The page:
64.  Calls on the Member States to consider ‘positive list’ species systems, whereby exotic species are assessed objectively and according to scientific criteria for their safety and suitability for trading and keeping as pets;

o   o

65.  Instructs its President to forward this resolution to the Council and the Commission.

(1)Texts adopted, P7_TA(2014)0031.
(2)OJ L 75, 19.3.2015, p. 1.
(3)OJ L 295, 12.11.2010, p. 23.
(4)OJ L 286, 29.10.2008, p. 1.
(5)OJ L 181, 29.6.2013, p. 1.
(6)OJ L 77, 24.3.2009, p. 1.
(7)OJ L 328, 6.12.2008, p. 28.
(8)OJ L 94, 9.4.1999, p. 24.
(9)OJ L 20, 26.1.2010, p. 7.
(10)OJ L 206, 22.7.1992, p. 7.
General Information

Continuing Session, Speakers in Permanent Forum Call upon Governments to Repeal Oppressive Laws, Practices that Encroach on Rights of Indigenous Peoples

The collective rights of indigenous communities must be preserved and respected the Permanent Forum on Indigenous Issues heard today, as speakers took stock of progress made in the implementation of the United Nations Declaration on the Rights of Indigenous Peoples.

Representatives of Governments, intergovernmental organizations and indigenous groups all took part in the first wide-ranging general debate of the Forum’s fifteenth session.

“Without fair policies and social justice, there will never be peace and true social development,” stressed one speaker representing indigenous peoples and communities.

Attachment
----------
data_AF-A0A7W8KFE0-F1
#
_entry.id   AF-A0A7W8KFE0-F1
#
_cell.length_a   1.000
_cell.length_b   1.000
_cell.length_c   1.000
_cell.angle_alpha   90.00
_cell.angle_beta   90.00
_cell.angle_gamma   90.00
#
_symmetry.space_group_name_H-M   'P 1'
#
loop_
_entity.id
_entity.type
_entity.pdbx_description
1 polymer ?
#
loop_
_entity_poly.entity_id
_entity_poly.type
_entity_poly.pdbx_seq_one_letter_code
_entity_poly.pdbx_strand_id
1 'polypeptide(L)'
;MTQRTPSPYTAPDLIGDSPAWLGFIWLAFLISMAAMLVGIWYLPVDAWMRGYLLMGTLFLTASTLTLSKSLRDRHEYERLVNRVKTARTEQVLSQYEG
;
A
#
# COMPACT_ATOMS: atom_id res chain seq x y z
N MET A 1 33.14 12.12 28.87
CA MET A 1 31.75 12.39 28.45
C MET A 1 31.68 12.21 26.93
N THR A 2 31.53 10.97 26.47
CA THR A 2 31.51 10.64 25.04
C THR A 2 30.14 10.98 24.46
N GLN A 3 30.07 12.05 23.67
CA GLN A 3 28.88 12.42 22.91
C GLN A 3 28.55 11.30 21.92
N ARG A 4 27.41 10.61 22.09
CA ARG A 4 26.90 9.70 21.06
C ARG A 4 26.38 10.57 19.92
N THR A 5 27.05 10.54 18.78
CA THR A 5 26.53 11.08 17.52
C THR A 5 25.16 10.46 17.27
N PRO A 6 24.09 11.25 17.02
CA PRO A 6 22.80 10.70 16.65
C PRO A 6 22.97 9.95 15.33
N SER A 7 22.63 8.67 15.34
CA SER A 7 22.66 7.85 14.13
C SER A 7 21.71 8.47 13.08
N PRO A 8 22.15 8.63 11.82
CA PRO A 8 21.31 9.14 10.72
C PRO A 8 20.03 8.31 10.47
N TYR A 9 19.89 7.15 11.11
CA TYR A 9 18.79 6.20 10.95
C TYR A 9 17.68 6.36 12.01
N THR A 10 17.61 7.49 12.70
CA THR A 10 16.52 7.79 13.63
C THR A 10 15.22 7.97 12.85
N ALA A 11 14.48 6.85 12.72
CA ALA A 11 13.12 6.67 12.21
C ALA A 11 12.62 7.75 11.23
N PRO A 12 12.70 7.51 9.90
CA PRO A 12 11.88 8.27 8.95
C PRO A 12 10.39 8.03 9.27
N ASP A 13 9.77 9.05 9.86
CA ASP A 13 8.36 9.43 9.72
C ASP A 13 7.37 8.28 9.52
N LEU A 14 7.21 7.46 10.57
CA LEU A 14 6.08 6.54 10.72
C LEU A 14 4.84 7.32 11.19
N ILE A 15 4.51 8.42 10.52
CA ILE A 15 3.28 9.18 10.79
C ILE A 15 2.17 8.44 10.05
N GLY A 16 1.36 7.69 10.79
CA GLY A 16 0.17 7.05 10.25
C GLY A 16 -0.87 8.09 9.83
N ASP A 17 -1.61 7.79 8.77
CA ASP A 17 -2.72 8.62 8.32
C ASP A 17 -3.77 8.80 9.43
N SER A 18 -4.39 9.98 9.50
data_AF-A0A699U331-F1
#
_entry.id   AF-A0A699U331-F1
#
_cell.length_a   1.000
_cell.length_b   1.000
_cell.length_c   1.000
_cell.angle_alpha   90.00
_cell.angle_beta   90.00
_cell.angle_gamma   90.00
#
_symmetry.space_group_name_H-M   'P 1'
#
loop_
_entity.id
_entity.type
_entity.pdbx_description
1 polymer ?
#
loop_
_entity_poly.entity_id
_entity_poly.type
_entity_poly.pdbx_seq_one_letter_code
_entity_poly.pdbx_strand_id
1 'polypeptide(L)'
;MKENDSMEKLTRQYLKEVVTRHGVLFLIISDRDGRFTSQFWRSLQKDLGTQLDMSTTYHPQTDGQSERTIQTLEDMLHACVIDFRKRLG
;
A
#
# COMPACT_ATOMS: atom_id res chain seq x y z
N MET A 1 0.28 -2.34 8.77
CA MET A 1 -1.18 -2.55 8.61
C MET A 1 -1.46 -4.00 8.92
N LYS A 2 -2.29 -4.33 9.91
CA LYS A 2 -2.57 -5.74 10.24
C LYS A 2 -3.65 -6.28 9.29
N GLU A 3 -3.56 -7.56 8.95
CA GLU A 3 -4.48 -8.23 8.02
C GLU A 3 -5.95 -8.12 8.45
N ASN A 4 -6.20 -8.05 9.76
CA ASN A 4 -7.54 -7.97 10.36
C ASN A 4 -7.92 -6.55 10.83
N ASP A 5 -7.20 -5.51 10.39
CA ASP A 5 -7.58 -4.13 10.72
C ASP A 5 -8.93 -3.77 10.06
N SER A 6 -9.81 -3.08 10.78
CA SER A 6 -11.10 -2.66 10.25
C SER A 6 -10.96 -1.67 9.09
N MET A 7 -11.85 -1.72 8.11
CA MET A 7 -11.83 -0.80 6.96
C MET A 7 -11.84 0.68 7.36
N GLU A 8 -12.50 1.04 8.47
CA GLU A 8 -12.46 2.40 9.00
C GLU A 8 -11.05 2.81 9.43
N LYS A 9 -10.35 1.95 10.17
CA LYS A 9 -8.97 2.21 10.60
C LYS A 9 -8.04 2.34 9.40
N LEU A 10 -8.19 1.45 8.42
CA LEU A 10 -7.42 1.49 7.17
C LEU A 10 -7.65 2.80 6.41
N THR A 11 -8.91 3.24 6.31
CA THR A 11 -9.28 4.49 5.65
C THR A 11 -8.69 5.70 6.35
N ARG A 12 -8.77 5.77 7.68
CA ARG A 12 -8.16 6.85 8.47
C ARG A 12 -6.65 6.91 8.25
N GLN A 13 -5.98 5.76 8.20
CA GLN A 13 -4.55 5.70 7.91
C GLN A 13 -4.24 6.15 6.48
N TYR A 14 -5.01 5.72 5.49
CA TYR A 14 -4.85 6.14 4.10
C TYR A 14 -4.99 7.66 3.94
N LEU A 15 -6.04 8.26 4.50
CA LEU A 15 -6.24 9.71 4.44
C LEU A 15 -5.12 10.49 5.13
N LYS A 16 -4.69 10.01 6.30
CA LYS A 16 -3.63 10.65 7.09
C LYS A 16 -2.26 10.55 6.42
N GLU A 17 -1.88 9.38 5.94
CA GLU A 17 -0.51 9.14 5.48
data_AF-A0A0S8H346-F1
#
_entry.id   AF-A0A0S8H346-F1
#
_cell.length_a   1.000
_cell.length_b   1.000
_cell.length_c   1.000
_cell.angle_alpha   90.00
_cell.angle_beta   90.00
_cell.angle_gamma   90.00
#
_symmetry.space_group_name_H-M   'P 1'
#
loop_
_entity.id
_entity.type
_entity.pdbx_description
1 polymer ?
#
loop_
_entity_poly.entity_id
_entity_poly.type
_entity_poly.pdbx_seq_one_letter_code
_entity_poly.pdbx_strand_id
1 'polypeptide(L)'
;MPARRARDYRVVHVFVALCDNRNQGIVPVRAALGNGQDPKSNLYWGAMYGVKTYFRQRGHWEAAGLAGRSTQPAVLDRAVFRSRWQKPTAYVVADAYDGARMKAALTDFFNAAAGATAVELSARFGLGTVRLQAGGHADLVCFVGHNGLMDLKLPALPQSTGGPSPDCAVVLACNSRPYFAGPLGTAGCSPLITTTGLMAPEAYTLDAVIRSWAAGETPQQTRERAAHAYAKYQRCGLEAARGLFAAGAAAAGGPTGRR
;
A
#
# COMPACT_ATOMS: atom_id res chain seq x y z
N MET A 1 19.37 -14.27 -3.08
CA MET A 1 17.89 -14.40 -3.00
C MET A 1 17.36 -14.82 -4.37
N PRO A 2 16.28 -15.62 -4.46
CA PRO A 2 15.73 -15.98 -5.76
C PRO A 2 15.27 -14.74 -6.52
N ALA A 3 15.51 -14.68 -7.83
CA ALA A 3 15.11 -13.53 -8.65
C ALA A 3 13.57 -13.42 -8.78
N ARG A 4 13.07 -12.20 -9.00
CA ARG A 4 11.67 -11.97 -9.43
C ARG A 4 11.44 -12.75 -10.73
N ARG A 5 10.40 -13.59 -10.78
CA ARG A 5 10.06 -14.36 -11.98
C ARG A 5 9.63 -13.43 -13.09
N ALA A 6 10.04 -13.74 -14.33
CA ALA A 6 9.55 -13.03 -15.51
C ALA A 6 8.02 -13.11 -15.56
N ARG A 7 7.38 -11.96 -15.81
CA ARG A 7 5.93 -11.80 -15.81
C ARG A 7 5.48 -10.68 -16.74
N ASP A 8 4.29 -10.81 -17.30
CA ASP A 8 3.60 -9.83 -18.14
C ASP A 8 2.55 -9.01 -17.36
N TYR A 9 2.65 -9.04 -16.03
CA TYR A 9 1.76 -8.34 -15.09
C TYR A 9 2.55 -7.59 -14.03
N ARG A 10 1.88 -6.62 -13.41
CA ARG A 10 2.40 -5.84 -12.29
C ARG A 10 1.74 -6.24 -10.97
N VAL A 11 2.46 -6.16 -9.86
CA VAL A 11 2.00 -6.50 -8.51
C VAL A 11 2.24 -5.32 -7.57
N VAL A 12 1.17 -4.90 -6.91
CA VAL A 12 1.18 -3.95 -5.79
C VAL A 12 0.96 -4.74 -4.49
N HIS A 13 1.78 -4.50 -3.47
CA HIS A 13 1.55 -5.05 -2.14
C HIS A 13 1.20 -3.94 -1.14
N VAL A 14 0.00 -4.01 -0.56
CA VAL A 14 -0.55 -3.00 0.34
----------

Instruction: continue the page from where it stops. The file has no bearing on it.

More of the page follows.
Many participants pointed to Government and private sector actions that had resulted in the plundering and destruction of natural resources.  In that context, speakers urged the Forum to monitor and ensure implementation of the Declaration and called on Governments to repeal oppressive laws and practices that encroached on the fundamental rights of indigenous communities and peoples.

Other delegations lamented the plight of indigenous human rights defenders, many of whom had been targeted and subjected to intimidation, harassment and violence.

Per Olsson Fridh, State Secretary to the Minister for Culture and Democracy of Sweden, speaking on behalf of the Nordic countries, noted that civic space was shrinking in many countries and legal restrictions had been imposed in more than 50 countries in recent years.  Indigenous human rights defenders were routinely subjected to violence and attacks on them worldwide must come to an end.

The unique needs of the most vulnerable within indigenous communities were highlighted by a number of speakers, including the representative of the United Nations Population Fund (UNFPA), who said a number of the its programmes and advocacy efforts were geared specifically towards marginalized groups.